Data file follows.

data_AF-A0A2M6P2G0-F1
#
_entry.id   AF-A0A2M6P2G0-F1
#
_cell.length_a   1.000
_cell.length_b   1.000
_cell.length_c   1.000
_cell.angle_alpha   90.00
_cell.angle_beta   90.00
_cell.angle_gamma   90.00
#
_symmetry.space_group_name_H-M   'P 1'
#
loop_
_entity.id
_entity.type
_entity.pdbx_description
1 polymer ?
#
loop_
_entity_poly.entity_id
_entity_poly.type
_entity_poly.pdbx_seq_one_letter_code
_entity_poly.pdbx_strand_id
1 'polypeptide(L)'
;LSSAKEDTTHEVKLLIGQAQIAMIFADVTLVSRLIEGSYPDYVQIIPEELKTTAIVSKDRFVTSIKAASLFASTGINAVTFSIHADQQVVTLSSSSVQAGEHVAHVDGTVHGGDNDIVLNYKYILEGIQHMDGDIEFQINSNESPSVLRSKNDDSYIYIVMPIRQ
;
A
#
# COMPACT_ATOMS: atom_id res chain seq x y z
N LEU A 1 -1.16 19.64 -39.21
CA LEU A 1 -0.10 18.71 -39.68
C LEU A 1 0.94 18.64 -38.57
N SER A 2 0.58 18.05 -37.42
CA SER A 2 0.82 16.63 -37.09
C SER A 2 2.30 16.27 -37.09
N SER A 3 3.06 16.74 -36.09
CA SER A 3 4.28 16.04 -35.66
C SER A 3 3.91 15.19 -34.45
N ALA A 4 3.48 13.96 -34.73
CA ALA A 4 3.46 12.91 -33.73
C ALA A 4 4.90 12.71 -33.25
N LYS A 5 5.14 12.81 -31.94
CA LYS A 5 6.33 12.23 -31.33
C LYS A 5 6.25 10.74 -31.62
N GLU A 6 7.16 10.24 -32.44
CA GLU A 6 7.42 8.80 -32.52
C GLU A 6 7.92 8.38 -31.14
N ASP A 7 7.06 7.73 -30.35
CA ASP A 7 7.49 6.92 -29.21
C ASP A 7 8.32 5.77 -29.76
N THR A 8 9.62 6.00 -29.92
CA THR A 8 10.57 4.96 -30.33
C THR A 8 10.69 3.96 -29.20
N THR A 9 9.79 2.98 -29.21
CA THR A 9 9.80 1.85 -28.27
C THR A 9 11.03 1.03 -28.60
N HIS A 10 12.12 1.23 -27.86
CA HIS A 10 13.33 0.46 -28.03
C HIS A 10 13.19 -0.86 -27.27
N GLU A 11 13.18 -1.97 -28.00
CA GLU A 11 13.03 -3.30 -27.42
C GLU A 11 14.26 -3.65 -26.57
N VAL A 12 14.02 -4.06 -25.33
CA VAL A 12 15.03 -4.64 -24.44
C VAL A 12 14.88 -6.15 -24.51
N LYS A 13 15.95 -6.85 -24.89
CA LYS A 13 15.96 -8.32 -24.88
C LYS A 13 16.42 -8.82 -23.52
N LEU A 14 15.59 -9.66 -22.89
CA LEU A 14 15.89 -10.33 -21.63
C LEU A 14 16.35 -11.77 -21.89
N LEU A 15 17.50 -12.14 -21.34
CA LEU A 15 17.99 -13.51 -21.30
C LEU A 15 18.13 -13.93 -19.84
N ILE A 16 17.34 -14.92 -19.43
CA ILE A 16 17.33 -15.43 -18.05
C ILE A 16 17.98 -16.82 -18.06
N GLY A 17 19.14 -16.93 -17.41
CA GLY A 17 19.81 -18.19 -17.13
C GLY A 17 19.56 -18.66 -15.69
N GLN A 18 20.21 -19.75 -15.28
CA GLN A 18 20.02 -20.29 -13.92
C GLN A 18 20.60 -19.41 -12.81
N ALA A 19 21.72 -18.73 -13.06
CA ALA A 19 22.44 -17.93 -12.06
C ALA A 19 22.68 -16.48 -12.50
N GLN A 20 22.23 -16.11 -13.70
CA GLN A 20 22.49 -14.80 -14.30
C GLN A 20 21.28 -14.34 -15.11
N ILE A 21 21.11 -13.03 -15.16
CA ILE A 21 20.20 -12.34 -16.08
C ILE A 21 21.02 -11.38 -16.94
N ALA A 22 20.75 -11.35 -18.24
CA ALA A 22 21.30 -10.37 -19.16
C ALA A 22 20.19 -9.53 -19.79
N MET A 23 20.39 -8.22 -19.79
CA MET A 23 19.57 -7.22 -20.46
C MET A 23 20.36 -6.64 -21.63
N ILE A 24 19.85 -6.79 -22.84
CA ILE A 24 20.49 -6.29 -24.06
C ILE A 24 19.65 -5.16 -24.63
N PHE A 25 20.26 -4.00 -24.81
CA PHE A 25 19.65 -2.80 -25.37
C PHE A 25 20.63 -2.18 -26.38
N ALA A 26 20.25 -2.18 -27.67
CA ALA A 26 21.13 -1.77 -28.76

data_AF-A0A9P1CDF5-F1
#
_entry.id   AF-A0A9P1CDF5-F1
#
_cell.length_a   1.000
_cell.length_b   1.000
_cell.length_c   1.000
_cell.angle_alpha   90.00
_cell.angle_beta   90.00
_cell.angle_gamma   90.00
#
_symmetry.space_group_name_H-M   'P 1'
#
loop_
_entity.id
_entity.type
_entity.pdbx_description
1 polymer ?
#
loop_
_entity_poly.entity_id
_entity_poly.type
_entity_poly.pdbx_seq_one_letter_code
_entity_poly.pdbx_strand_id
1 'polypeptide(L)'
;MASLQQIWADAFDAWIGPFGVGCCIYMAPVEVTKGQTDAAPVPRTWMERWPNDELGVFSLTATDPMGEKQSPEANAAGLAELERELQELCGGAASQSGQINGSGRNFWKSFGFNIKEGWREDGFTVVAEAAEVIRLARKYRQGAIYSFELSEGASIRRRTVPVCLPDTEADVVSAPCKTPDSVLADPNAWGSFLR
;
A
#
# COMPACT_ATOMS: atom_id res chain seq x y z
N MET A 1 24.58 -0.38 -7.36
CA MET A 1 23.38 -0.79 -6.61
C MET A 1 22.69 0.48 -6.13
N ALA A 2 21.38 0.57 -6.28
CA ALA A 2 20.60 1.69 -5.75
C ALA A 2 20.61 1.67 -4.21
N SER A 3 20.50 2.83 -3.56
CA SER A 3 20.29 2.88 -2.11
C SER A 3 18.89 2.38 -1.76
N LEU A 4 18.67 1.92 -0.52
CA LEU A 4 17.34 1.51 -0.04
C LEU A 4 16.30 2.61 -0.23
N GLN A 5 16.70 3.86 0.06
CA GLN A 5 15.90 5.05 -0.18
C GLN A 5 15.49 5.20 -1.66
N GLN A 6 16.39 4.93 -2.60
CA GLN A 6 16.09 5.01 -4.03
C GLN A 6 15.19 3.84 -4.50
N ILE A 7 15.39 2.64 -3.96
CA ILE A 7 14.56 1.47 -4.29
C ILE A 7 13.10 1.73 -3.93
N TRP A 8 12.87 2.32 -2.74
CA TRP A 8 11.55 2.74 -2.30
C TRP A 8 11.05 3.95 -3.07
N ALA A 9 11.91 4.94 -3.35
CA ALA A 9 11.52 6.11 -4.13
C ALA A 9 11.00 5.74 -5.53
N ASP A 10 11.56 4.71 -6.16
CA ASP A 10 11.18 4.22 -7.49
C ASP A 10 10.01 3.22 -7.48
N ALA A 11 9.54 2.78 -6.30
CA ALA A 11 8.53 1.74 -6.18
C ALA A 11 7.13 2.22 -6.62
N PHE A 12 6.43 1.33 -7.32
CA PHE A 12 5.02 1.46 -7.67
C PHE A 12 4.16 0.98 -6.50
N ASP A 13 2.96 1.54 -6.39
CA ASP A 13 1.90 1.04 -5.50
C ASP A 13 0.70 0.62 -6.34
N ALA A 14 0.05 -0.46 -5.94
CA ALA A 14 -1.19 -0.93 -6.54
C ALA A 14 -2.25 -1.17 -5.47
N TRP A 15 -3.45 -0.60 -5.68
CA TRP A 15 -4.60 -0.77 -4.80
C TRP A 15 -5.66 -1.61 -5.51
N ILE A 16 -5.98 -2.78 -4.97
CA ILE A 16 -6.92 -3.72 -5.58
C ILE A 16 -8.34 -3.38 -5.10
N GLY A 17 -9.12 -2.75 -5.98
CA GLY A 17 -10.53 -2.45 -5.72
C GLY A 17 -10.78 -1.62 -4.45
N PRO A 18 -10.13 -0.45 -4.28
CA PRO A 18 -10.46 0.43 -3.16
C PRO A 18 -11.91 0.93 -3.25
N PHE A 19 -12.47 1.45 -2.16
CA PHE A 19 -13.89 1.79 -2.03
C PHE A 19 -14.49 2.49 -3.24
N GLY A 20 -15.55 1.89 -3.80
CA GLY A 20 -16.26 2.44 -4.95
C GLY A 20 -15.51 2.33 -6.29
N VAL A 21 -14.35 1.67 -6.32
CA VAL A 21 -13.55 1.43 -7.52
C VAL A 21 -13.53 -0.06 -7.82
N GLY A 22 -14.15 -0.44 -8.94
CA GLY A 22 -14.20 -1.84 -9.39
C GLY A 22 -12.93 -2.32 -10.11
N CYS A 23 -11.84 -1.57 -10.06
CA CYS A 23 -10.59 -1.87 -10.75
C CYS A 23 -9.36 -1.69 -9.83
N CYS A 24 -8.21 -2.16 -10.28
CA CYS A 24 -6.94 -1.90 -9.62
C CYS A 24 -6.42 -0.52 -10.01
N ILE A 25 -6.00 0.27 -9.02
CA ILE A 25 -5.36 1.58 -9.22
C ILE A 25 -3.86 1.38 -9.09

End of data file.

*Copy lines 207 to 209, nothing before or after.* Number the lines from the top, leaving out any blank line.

N CYS A 24 -8.21 -2.16 -10.28
CA CYS A 24 -6.94 -1.90 -9.62
C CYS A 24 -6.42 -0.52 -10.01